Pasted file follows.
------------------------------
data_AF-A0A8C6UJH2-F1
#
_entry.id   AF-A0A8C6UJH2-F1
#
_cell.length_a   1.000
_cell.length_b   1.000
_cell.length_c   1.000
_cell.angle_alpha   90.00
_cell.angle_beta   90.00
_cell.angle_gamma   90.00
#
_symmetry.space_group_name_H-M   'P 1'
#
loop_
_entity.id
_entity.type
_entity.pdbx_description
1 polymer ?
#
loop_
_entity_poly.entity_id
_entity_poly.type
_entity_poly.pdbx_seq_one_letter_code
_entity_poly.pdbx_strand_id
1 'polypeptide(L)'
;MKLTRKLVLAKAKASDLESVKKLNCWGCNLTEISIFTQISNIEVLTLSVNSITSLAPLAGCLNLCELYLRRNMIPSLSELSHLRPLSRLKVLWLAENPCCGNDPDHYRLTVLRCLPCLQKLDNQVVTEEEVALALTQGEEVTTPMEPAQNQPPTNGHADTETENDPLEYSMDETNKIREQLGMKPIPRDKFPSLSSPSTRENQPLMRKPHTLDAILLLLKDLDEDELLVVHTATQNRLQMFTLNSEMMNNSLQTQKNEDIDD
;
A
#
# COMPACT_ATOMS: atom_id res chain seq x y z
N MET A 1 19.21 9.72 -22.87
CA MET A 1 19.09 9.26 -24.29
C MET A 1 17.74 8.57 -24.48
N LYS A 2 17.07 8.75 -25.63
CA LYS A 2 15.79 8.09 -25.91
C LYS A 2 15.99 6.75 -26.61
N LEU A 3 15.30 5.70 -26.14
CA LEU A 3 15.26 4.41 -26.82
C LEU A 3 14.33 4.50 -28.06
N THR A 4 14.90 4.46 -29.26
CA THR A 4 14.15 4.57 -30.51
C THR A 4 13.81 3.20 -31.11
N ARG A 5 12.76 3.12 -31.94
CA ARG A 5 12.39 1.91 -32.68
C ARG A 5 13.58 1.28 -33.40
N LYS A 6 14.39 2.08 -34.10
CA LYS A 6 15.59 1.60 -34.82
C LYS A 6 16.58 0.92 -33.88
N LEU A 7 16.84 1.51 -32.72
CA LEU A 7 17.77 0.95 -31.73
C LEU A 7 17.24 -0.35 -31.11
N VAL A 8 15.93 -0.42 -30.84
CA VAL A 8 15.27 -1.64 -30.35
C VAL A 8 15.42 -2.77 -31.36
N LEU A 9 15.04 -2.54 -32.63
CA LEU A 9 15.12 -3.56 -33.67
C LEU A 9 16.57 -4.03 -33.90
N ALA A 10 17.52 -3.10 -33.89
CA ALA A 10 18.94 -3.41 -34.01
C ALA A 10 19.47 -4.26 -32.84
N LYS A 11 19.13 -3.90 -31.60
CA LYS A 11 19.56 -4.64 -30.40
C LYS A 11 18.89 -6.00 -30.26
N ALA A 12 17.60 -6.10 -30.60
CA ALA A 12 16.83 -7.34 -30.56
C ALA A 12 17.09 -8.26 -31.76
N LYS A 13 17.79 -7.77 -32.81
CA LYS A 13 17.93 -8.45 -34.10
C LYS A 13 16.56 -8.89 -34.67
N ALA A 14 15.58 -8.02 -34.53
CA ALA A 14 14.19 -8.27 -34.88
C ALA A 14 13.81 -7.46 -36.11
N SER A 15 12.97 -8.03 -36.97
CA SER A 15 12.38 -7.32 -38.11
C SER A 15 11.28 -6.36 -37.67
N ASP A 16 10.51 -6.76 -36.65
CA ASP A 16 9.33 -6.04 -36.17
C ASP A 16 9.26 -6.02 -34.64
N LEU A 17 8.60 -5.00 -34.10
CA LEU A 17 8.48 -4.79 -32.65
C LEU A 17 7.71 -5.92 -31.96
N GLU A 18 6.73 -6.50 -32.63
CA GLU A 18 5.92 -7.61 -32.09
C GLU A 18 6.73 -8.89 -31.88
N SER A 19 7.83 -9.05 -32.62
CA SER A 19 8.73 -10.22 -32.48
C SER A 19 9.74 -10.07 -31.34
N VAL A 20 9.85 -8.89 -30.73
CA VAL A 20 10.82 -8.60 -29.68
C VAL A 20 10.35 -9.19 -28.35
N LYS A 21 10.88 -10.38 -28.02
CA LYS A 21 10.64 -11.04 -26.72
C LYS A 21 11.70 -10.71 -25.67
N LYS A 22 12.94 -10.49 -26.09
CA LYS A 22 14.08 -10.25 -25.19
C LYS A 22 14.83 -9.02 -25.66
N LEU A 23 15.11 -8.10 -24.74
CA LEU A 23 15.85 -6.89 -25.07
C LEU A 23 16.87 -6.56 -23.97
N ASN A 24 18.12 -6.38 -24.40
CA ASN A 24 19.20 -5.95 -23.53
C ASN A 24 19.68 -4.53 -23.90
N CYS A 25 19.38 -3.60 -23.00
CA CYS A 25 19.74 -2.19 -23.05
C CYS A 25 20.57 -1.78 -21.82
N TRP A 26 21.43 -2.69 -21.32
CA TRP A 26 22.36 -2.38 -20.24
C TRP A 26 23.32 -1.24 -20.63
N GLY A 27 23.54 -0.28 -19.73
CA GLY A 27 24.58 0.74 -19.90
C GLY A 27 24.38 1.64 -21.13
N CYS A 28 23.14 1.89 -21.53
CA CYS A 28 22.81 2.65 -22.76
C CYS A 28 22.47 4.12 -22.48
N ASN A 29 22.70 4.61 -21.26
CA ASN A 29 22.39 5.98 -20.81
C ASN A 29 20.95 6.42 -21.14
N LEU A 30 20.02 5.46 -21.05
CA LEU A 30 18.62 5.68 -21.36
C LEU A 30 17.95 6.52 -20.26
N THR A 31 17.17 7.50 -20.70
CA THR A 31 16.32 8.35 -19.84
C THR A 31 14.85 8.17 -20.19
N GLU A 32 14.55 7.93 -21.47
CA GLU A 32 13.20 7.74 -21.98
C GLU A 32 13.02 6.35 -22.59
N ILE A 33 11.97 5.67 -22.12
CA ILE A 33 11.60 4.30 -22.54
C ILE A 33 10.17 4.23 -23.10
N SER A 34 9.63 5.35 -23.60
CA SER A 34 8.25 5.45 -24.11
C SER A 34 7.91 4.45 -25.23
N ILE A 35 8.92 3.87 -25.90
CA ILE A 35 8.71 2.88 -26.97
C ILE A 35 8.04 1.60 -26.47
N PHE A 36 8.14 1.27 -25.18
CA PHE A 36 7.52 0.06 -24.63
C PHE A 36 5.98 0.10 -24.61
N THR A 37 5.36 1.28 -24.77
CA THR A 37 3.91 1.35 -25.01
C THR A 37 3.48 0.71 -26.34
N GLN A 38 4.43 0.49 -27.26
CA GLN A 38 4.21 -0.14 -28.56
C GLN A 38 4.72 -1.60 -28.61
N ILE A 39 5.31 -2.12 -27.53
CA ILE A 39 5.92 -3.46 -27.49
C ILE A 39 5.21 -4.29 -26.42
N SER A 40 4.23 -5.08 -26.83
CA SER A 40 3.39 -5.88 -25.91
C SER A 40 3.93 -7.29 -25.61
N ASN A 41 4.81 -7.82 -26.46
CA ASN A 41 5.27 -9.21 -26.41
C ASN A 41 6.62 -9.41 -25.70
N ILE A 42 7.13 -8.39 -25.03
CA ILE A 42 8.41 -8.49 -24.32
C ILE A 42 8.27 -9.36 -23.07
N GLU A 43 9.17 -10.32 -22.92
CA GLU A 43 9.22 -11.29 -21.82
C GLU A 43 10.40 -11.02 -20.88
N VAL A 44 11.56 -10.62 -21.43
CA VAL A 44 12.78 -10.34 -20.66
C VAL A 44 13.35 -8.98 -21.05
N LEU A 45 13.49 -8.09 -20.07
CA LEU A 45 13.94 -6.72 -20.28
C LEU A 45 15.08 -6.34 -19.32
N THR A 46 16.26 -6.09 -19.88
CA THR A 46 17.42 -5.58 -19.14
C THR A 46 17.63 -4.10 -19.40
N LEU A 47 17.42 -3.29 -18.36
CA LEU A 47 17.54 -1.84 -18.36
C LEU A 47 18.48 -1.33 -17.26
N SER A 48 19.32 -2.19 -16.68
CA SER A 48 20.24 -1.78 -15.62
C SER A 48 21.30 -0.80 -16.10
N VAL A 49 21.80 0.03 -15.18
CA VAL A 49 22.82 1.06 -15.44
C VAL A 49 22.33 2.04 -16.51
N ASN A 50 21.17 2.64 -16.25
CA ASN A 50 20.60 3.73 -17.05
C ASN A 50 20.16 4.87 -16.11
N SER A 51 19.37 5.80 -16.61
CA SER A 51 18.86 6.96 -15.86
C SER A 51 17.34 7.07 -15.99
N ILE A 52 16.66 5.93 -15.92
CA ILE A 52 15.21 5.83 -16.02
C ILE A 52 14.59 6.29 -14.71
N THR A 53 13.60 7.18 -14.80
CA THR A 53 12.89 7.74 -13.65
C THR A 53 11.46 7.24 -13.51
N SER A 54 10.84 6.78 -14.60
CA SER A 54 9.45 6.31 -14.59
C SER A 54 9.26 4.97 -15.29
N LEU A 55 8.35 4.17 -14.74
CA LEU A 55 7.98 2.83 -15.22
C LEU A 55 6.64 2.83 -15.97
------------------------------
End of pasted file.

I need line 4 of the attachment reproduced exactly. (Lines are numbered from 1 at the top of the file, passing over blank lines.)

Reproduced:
#